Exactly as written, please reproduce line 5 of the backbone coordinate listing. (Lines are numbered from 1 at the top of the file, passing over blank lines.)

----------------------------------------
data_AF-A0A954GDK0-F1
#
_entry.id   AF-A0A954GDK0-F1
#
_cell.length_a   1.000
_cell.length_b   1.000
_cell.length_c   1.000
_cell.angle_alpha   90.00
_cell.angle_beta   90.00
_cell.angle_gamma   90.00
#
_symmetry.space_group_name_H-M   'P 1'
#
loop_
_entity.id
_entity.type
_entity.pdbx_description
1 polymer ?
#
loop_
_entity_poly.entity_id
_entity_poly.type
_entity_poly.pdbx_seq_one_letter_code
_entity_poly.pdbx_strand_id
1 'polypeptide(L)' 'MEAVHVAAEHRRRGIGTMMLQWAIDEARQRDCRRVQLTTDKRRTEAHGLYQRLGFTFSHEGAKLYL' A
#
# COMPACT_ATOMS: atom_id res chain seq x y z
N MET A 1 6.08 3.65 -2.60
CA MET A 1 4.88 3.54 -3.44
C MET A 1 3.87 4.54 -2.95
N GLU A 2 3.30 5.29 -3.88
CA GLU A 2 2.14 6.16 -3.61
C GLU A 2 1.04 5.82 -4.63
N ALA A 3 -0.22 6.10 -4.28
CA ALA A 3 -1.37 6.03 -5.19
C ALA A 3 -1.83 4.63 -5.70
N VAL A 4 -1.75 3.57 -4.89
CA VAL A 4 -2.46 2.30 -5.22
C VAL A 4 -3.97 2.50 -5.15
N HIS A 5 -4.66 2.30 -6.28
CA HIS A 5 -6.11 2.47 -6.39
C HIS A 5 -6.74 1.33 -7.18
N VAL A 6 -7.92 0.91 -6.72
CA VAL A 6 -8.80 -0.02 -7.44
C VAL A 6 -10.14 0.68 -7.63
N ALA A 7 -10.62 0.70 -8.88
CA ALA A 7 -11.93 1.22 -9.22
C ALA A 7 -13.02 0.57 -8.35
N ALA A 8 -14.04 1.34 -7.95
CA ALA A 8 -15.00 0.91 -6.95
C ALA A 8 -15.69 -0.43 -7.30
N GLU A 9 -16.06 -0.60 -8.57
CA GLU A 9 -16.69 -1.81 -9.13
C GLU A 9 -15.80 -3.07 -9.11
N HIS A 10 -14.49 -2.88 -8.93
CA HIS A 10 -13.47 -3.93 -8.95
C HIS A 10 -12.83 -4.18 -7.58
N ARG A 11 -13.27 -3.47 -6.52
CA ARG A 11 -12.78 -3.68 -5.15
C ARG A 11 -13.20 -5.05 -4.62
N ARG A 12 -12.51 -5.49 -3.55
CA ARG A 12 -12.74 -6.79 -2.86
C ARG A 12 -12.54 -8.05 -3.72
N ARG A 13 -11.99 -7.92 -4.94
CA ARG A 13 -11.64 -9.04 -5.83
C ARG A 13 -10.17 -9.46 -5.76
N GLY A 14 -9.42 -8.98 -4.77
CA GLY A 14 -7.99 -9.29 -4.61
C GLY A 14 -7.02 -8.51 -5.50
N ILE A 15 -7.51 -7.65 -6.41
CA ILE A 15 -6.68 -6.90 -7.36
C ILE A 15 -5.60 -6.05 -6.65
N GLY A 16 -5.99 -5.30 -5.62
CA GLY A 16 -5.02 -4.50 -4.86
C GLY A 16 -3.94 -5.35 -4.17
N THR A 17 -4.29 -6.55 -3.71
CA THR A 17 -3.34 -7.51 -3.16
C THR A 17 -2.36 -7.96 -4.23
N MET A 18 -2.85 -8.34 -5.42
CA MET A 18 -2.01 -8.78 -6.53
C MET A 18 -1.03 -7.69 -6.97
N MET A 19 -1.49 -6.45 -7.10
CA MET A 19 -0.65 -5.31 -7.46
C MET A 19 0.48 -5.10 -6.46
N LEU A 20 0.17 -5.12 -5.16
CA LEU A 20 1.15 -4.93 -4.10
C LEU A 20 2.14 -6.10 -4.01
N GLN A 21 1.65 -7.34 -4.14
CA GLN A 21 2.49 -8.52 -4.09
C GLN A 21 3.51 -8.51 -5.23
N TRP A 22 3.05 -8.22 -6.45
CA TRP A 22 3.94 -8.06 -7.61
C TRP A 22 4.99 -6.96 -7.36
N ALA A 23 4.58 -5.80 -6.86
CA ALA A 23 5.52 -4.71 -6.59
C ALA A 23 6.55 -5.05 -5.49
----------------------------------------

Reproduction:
_cell.length_a   1.000